A few years back Martina McBride sang the song “In My Daughter’s Eyes.” I love that tune and every time I hear it on the radio find myself getting teary-eyed. You can find a lot out about someone by looking into their eyes; many believe the eyes are the windows to the soul.
I have four daughters who I absolutely adore. Yes, I have my moments when I’m irritable, short on patience, and don’t give them the attention they need or deserve. But in my moments of sanity (which, thankfully, outnumber my moments of insanity) I look into their eyes and see who they are, who I am, and who I need to be.
In my 12-year-old’s eyes I see a girl becoming a woman, establishing her independence. I see passion and a love for life. There are world’s of ideas and adventures and things to do in those eyes. I see a daughter who loves her dad and more and more is wanting him to see her as more than just his little girl. She wants to be respected and trusted and given more freedoms. But most of all I still see innocence there, which I’m thankful for and want to keep that way as long as I can.
In my 11-year-old’s eyes I see questions, lots of them. Questions about the world around her and how justice works, how love works, how relationships work. I see questions about me: Am I the man I say I am? Will my health fail again? Will I continue to provide for her, for the family? I see a yearning to be accepted and loved for who she is, no strings attached. But most of all I see a tenderness and vulnerability and thoughtfulness there that is refreshing and in many ways inspiring.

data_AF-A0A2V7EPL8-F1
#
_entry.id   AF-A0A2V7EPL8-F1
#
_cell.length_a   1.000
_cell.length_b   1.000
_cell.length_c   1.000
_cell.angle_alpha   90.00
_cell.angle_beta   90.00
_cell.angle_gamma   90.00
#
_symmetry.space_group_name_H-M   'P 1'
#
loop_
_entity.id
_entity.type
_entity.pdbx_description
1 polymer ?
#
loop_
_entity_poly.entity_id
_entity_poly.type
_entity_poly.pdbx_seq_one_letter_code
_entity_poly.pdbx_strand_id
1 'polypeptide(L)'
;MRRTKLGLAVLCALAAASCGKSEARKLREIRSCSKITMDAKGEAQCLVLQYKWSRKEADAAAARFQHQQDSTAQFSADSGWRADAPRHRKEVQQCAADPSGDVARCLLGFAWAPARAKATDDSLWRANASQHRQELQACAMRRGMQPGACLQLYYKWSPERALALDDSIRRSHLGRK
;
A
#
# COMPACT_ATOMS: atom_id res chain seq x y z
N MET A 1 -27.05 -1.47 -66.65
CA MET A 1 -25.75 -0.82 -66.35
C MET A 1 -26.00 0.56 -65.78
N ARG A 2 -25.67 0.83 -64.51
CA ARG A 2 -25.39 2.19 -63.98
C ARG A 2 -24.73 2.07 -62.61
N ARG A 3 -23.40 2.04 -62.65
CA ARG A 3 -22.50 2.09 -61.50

In my 9-year-old’s eyes I see mischief and imagination. When she looks at me I see a desire to please her daddy, to make him proud. I see a drive to be somebody more than just the little sister, to make her own stand and be her own person. In her eyes I find genuine kindness and generosity, a heart that wants to serve. I see a childlike playfulness tempered by perseverance and toughness well beyond her years. But most of all I see joy, a heart that loves life despite it’s difficulties, that presses on and finds the ability to smile and brighten a room no matter how dim the lights get.
In my 9-month-old’s eyes I find a sense of wonder as she studies my face, every line, every whisker, every blemish. I find love that can only come from a heart of innocence, unscathed by life as we grown-ups know it. Hers are the eyes of discovery and exploration and awe, seeing the world for the first time, experiencing sensations never before felt or heard or tasted. But most of all I see trust and am humbled to tears by the awesome responsibility I’ve been given.
In my daughters’ eyes I see a challenge . . . to be the man, the father, the husband to their mother, I ought to be, the man they need and deserve. But mostly I find love. Unconditional. Unearned. Unbelievable.
And I’m so thankful for it.